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no display on new card

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  • no display on new card

    Long story short, I've got a newer video card in now, an Nvidia (corrected) 7800 GS I believe. At any rate, I've been unable to get it to display better than 4 bit colors, which blows. In my attempts to re-install it, the computer last treated it as a VGA card (don't ask, I don't know). I set that part to 'disable' in the drop-down menu, in an attempt to force Windows to try a different configuration. Now when it boots into windows, I get a black screen.

    So how do you undo that setting without re-installing windows? I've physically uninstalled the card, rebooted a couple times, and after putting the card back in, I'm in the same predicament.

    I've racked my brains and I'm out of things to try. I figure the fine folks here are much more tech-savvy than I am, so I come to you guys (and gals) with my shattered pride in hope for some illumination.
    Last edited by Spidey; 26 Jul 2008, 01:24 AM.

  • #2
    download the latest chipset drivers for your mb/and install them then download latest nvidia drivers from website and run them /or you can force update by choosing which drivers to update usually in the inf file [only seen if you have show hidden files ticked in file and folder settings this applies to xp ]
    also known as mega ,On the internet, everyone can hear you scream - it's just that no-one cares.except moses{also been known to use rapidfire}was also here before fuzzy and moses


    • #3
      1) What version of Windows?

      2) AGP or PCI-E card?

      3) Does your motherboard have on board video? Is it disabled?

      4) Have you tried the latest drivers?

      5) If the card is AGP, maybe you need to re-install your mobo drivers in order to get smartgart or whatever to work with the new card, this was a problem for me when switching cards in the past.

      6) Uninstall all graphic drivers, and get the card in again, once in windows and it's showing up ok you should not need to mess with any settings until you have the drivers on, even then it's colours only. If it's Windows XP and the card is ok which it sounds like it is you should not have any problems, earlier versions of windows are going to be harder / less helpful.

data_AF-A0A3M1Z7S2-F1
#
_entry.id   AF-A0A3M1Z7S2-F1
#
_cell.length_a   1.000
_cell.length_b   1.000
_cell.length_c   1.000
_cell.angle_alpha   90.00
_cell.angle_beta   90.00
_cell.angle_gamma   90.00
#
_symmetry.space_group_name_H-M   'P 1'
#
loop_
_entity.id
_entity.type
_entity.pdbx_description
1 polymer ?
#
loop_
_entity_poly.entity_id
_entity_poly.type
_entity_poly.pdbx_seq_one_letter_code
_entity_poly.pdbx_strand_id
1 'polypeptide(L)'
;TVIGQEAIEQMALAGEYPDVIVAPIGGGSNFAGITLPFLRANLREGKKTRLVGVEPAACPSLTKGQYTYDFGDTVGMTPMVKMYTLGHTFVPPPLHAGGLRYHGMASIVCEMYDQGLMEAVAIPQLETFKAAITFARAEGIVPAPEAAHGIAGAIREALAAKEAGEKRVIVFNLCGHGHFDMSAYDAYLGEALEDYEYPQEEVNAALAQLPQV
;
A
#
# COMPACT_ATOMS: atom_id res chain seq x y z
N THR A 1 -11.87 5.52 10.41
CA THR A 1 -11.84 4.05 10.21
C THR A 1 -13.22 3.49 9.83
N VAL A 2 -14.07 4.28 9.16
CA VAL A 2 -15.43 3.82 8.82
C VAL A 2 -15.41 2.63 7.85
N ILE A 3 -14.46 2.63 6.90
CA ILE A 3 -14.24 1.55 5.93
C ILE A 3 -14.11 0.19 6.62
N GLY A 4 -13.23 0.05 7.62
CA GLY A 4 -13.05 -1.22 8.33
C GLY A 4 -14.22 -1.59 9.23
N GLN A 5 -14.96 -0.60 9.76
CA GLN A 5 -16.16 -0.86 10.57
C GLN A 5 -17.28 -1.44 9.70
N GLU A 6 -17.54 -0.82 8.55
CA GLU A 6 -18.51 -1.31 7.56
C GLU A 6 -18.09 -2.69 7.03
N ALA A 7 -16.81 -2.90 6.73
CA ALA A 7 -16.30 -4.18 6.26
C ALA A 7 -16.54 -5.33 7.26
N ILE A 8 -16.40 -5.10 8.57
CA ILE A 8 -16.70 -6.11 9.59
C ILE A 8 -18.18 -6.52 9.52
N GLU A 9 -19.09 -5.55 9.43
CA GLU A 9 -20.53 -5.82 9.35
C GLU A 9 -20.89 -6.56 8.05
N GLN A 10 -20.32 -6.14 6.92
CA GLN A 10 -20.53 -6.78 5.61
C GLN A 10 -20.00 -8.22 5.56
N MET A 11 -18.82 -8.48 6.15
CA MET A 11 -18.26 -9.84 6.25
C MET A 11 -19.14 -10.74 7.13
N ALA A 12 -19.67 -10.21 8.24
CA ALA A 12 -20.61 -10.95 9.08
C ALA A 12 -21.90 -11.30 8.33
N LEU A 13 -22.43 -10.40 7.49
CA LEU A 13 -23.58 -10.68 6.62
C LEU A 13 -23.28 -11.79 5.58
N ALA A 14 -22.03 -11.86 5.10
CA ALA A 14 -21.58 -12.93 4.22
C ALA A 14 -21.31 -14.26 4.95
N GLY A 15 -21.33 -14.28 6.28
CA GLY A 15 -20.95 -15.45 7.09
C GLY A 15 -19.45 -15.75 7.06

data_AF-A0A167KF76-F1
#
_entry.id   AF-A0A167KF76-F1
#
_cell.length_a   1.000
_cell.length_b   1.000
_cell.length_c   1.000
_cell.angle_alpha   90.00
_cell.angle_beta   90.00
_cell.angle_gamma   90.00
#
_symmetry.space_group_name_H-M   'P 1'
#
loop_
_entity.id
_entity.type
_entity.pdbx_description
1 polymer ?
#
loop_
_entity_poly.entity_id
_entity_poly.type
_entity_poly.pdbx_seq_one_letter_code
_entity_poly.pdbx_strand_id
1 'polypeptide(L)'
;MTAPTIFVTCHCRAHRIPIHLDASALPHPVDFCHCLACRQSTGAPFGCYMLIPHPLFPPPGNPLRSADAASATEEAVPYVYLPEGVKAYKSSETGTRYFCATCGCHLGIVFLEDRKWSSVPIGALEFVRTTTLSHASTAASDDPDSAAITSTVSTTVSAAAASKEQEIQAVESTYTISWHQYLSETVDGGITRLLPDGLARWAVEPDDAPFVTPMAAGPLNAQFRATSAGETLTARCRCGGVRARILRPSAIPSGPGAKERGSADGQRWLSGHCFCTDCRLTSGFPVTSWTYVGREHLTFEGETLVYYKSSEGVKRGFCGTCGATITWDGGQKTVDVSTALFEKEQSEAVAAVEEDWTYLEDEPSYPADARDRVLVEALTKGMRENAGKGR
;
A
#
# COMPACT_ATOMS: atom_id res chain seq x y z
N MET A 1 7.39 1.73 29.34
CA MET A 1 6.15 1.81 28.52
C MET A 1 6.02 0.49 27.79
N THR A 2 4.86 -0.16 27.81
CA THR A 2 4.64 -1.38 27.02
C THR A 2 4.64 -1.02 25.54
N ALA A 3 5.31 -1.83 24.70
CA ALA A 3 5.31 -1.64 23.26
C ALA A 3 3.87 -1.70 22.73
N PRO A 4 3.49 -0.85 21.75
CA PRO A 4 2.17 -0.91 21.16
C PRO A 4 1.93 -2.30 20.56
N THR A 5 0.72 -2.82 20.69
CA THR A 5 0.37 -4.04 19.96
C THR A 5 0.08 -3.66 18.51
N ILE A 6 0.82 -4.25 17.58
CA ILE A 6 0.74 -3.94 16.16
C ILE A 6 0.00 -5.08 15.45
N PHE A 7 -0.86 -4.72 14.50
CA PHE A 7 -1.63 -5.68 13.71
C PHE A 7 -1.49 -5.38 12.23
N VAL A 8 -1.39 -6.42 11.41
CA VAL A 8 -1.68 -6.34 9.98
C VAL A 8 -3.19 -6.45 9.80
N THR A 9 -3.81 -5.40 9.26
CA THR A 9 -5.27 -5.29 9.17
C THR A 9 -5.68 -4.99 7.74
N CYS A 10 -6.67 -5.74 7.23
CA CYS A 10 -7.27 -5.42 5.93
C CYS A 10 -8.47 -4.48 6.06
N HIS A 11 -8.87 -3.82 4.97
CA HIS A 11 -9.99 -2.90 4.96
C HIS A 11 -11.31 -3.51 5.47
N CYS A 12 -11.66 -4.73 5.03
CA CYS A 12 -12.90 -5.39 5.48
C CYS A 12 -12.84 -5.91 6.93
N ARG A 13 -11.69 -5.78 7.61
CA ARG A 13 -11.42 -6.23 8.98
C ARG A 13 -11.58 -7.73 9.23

7) Finally, do you have another machine to try the card in as a quick reality check to ensure it's working? Although I would expect nothing to appear on screen if it wasn't.


      • #4
        I experienced the same issue when I was fixing a mates computer. It was just a simple case of updating to Service Pack 2, reinstalled the drivers, and it worked fine. That was using quite an old nVIDIA card.
        Your order has been dispatched!


        • #5
          I've had a simular problem which turned out to be an interupt conflict (and on a brand new motherboard!). If you are out of ideas, remove any other expansion cards or put them in different slots.
          Kept an xmas avatar for 3 year(s).


          • #6
   many responses. I'll try to answer all of them in one go.

            Reemulmyu: I haven't updated my mobo since I installed it. I don't think that's the issue though. This black screen deal prevents me from doing anything once Windows is fully booted. I have an A-Bit IC7-G motherboard, which is the exact motherboard my buddy had using this newer card, no problems. Given, he probly updated the chipset though.